What led you to pursue an MBA at this point in your career? After several years of experience focused on operations in healthcare, I wanted to broaden the applicability of my skill set. Looking back on some of the projects I led, I recognize that I benefited from a deep understanding of the organization’s dynamics. Placed in a different context, though, I’m not sure I would have been able to perform at the same level. The general management education an MBA provides, along with opportunities to deep-dive into functional areas—which for me include finance and strategy—that I had only limited prior exposure to in the past. This will make me a better thought-partner and contributor, regardless of where my career takes me.

What other MBA programs did you apply to? I also applied to Wharton, Kellogg, and Stern.

What was the most challenging question you were asked during the admissions process? I went into the ‘How would you solve this business problem’ component of the Team Exercise with some apprehension. For the Team Exercise, interviewees are divided into small groups. Each group is presented with a business problem and asked to collectively develop and present a solution. Coming from a company with a tight-knit, community-first culture, I was used to problem solving with people I knew well. Naturally, this wasn’t the case for the Team Exercise. Despite my reservations, the event was fun—we had to improvise a bit for the presentation—and a great way to get to know other candidates interested in Ross.

What have you been doing to prepare yourself for business school? Earlier in the year, I spent time studying accounting and finance in preparation for two summer courses that are prerequisites for Ross’ Fast Track in Finance program. Lately, I’ve been doing career research and networking. However, in April, I became a dad, so the majority of my time since has been focused on exploring the ins and outs of parenthood and spending as much time as I can with my son.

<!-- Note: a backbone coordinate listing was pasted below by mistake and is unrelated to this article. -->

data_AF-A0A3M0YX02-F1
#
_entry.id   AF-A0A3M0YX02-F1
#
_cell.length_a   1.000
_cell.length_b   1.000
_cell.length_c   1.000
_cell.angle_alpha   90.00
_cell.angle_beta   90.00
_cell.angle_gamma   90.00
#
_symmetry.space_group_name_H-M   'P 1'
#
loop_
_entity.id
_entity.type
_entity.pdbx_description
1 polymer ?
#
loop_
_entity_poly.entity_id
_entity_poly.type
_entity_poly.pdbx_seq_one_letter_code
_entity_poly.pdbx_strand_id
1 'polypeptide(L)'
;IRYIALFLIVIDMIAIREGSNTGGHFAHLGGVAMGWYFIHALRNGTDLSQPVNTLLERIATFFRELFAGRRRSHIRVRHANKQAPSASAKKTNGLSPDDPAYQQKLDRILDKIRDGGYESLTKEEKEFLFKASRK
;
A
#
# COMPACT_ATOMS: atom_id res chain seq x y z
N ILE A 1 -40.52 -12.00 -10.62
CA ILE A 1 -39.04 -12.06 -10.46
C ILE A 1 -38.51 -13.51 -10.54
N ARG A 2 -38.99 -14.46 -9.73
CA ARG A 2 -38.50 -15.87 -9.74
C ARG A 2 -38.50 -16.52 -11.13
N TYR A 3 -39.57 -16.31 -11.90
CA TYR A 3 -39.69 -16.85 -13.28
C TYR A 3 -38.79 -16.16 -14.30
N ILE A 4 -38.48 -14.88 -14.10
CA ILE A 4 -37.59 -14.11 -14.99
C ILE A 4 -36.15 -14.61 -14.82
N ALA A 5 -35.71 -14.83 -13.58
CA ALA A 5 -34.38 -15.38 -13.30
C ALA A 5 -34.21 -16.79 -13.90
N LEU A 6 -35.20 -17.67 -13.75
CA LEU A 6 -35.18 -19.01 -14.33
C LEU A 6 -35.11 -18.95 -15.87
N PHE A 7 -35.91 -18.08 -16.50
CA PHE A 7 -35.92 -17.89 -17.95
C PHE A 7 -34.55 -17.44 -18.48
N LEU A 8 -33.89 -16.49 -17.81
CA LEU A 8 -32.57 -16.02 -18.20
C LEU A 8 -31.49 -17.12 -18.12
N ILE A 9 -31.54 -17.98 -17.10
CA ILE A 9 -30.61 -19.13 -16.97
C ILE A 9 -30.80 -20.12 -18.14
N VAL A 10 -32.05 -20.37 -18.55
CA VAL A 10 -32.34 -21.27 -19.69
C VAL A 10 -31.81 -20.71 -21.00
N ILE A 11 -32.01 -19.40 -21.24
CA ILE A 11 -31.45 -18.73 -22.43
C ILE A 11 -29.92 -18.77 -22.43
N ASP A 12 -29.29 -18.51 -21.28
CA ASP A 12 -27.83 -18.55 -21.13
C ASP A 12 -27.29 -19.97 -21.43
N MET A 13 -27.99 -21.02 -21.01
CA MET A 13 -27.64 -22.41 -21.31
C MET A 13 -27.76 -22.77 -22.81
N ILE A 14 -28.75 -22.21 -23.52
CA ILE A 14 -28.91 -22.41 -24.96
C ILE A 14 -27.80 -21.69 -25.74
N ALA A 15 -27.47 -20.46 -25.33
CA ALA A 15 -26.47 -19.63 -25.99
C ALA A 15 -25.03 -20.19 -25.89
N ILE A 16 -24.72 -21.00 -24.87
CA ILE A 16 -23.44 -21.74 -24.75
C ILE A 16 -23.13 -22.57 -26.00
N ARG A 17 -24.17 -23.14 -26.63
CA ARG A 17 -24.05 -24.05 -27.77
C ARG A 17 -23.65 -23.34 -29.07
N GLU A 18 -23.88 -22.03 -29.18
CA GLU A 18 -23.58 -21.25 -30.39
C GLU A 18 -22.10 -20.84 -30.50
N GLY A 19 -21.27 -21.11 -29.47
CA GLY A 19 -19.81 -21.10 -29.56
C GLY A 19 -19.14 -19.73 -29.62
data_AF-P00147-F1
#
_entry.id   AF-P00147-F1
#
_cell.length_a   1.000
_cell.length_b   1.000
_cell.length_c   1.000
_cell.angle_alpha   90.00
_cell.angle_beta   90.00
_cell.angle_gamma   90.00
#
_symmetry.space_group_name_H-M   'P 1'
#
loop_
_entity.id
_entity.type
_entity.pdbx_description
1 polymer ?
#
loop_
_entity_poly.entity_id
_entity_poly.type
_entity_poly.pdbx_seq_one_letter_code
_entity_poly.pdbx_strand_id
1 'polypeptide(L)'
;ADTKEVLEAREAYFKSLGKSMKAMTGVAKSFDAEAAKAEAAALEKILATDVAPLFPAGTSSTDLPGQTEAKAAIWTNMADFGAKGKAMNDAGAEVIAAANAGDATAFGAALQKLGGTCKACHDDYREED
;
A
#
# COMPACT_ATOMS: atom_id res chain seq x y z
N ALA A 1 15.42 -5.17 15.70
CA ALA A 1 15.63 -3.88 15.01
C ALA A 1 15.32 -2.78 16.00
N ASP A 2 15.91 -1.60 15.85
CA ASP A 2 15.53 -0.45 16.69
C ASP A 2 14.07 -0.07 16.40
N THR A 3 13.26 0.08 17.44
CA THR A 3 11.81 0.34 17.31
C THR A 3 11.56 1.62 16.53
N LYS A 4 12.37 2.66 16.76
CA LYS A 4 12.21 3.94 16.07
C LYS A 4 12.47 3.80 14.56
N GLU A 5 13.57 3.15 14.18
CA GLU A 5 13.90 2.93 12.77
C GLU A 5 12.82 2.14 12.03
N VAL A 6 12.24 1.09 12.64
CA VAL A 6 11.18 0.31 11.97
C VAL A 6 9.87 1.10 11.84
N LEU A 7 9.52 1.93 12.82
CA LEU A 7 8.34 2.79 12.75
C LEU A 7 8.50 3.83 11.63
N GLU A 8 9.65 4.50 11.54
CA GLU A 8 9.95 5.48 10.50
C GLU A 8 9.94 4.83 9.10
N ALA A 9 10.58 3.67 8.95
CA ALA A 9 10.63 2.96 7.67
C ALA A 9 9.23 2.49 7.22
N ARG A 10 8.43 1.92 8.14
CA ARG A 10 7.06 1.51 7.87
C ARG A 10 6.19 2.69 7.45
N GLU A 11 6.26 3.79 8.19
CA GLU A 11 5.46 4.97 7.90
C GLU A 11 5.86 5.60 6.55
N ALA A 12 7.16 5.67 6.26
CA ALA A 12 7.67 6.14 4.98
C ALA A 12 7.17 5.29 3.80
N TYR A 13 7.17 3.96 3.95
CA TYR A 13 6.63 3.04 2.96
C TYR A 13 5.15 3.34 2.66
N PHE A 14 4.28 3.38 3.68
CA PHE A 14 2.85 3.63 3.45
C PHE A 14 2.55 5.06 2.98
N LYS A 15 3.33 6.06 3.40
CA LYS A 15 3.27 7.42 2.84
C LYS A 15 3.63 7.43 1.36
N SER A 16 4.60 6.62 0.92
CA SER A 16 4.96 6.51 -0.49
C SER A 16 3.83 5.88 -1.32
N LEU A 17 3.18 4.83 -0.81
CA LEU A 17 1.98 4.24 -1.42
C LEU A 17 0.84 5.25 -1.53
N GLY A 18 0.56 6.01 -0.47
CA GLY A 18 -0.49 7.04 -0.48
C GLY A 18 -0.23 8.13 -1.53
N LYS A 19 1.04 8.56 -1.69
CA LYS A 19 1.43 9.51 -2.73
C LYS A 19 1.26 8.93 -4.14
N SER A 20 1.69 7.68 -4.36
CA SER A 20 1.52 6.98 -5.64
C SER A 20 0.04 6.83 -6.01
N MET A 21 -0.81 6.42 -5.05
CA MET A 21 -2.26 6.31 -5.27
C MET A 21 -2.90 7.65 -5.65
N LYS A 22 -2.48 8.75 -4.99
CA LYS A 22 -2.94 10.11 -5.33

What was your defining moment and how did it prepare you for business school? A few years ago, I was listening to my VP comment on a complex project that was underperforming. She noted a missed opportunity to ask for additional funding. Looking back, her observation was nothing special, but it had a profound impact on me. Up until that point, I had not fully grasped what ownership over a project truly entailed—accountability over a completely exhaustive search for solutions. Later that day, I asked her if I could take on leadership of the struggling project. She granted me the opportunity. The responsibility turned out to be heavier than I anticipated, but it taught me how to bring people together, lead change, and build assets with lasting value, which changed my career trajectory and put me on a path to Ross.

What is your favorite company and what could business students learn from them? DaVita was an amazing company to work for. What DaVita has accomplished in terms of the quality of care and the cost at which that care is provided is a testament to the impact a community-first, company-second culture can have. It’s easy to forget that behind the numbers are people, often making personal sacrifices to do what is right—particularly in healthcare. Businesses have responsibilities beyond shareholders, and DaVita has a model for balancing a diverse set of interests that I think is worth studying.